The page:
Hello, currently I’m creating a cinematic scene in FPS using Cinemachine.

My timeline has this routine:

POVCustom(FPS control with mouse) → Composer(Cinematic happens) → POVCustom(back to FPS control again)

however when returning from composer to POVcustom, I want the POVcustom to save the view direction of Composer’s so instead of going back to where player was watching, player can continue the game from where composer was watching.

What I first tried was:

```
Vector3 lookAtVector = composer.LookAtTarget.position - composer.transform.position;
lookAtVector.Normalize();
//vector to euler (dirty code, do not do this)
povCustom.m_HorizontalAxis.Value = lookAtVector.x == 0 ? 0 : Mathf.Rad2Deg * Mathf.Atan(lookAtVector.z / lookAtVector.x);
povCustom.m_VerticalAxis.Value = -Mathf.Rad2Deg * Mathf.Acos(lookAtVector.y);
```

which is very messy and it also doesn’t work.

Is there any better solution rather than manually putting composer values into Horizontal/VerticalAxis?

Interesting use-case. In general your approach is correct: get the camera’s look-at vector and try to match up the X and Y axis values of the FreeLook to it.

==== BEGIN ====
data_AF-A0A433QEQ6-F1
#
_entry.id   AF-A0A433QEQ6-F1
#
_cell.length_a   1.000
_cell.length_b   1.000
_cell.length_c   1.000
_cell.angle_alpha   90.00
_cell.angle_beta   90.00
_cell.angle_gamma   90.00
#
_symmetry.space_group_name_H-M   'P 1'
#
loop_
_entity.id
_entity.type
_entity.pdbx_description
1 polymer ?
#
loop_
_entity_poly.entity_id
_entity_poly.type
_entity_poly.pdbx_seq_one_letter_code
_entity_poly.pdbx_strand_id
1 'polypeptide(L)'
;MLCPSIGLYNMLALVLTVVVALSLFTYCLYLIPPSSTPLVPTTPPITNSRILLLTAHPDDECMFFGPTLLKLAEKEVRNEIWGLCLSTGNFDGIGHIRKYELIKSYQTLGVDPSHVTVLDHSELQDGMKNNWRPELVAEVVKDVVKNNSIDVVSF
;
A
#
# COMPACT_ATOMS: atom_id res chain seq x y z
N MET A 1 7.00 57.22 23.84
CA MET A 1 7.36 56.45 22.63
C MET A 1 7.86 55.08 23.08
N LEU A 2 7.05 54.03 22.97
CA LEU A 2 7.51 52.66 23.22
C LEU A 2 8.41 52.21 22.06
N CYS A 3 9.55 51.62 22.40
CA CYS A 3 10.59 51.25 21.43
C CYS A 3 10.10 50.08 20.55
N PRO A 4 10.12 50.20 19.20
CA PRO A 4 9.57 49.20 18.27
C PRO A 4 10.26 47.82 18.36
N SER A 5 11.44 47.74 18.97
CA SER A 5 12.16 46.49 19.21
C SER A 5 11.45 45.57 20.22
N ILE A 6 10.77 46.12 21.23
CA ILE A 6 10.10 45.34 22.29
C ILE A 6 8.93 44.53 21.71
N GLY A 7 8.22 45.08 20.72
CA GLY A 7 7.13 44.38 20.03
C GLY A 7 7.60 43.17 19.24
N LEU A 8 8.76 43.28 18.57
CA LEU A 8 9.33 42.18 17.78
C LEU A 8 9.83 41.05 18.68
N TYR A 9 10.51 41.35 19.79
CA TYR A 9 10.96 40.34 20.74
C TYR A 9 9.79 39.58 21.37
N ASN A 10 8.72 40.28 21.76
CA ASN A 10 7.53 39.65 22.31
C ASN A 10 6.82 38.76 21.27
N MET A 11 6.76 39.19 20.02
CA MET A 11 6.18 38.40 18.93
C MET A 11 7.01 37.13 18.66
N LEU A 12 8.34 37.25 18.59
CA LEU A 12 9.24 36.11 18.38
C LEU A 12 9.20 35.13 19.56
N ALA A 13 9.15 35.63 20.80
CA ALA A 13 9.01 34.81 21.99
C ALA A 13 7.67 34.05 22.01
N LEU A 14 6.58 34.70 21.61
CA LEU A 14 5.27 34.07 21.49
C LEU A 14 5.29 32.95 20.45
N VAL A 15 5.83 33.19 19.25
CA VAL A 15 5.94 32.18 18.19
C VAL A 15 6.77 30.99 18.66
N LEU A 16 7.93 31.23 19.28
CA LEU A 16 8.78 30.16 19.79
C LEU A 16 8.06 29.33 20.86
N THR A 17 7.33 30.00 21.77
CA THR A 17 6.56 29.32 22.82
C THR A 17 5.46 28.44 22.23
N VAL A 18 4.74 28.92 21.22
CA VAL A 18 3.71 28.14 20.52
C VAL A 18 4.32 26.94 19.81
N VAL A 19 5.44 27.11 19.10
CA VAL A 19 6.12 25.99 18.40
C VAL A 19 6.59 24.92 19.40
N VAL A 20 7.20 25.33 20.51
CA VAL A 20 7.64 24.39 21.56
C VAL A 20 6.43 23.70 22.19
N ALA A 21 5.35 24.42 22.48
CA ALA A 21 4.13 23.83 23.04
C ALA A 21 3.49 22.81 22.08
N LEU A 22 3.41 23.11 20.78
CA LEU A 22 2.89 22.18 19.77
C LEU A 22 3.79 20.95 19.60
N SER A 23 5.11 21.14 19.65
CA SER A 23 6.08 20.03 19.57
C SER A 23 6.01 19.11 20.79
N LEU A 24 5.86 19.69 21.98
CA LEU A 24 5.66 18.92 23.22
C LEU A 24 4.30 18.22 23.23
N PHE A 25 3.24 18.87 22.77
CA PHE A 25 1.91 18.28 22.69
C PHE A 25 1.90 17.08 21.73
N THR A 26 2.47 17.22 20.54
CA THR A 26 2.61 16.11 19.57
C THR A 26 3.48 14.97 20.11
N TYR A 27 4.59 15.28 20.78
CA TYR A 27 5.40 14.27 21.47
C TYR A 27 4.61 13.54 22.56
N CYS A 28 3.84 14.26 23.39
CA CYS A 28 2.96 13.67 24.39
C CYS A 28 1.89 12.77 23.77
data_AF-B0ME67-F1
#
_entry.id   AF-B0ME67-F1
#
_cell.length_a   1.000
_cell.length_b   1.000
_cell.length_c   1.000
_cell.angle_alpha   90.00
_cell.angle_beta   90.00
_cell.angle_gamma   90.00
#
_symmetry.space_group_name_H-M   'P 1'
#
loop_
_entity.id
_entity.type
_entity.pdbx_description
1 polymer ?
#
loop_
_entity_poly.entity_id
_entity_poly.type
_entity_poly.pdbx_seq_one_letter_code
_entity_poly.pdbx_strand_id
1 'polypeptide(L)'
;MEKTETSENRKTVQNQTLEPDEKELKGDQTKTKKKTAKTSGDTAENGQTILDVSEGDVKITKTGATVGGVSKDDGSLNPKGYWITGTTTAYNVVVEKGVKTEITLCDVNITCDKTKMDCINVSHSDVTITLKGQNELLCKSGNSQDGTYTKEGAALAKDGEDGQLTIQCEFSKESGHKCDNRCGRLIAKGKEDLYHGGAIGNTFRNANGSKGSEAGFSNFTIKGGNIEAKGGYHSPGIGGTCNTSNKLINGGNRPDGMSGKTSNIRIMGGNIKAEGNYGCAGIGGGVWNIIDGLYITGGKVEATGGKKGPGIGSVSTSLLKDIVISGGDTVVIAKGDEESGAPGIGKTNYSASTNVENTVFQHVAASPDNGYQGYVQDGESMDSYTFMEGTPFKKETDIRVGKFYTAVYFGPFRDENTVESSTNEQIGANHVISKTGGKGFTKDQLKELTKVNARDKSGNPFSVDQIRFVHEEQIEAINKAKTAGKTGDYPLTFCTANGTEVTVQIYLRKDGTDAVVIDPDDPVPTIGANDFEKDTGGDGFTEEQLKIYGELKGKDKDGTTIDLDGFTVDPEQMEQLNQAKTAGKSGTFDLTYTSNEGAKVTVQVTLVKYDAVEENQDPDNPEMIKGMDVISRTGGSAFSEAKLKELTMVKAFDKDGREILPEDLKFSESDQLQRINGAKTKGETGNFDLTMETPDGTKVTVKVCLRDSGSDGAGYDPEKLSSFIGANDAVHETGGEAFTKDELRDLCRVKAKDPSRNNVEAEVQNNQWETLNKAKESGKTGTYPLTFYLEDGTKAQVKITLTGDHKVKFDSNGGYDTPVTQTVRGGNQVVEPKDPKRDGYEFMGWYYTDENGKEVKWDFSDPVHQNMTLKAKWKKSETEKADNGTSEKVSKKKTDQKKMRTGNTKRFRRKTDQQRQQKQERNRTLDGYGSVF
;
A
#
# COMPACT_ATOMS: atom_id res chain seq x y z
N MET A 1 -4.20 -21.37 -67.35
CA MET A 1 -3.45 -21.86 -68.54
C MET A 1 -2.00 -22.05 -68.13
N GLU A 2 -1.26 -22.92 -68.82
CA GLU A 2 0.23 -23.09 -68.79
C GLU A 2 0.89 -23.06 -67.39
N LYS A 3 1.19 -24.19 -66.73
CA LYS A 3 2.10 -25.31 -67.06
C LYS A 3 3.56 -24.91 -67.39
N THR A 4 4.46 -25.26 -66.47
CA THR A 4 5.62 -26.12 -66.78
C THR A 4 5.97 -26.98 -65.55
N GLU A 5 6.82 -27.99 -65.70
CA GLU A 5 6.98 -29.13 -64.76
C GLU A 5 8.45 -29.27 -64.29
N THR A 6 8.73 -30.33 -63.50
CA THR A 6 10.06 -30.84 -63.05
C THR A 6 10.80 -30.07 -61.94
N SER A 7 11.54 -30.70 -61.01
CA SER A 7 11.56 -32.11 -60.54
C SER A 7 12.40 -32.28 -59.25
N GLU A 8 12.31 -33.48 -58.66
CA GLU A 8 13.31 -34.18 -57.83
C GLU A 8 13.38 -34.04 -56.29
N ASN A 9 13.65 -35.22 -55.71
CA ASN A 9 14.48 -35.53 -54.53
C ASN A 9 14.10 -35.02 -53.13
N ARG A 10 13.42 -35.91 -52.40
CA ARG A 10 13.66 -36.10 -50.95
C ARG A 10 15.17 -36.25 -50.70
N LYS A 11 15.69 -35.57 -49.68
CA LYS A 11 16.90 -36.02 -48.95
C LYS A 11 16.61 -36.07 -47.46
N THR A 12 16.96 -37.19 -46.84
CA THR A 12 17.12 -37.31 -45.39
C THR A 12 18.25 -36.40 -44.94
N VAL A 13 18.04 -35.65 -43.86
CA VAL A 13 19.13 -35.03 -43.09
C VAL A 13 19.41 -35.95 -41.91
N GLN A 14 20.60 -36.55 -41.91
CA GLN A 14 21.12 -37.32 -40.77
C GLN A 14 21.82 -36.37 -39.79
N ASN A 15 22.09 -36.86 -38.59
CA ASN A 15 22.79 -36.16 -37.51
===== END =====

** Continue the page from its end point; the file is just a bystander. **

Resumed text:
For the composer’s lookAt, you can use Vector3 dir = vcam.State.RawOrienation * Vector3.forward.

Matching the FreeLook’s axes to it is a little more tricky.

Let’s first deal with the X axis, that’s easier because the X axis value units are just the Y rotation in degrees. You didn’t mention the FreeLook’s binding Mode. That will make a difference. I’ll assume World binding, and heading bias == 0; In that case, the X-axis value should be set to the signed angle (in degrees) that the dir’s projection onto the XZ plane makes with Vector3.forward.

The Y axis is another story. The units range from 0 to 1, where 0 is the bottom rig’s position, 1 is the top rig’s, and 0.5 is the middle rig’s position. Because you can place the rigs’ heights and radii as you please, and also play with the spline tension, the value doesn’t have a fixed relationship to any angle, which is why your formula wasn’t working. You’ll have to work out the math for yourself, depending on how you set up the orbits. Perhaps easier, you could try a little initializer routine that just samples the spline at various points, computes the angle, and sets up a look-up table to make the correspondence.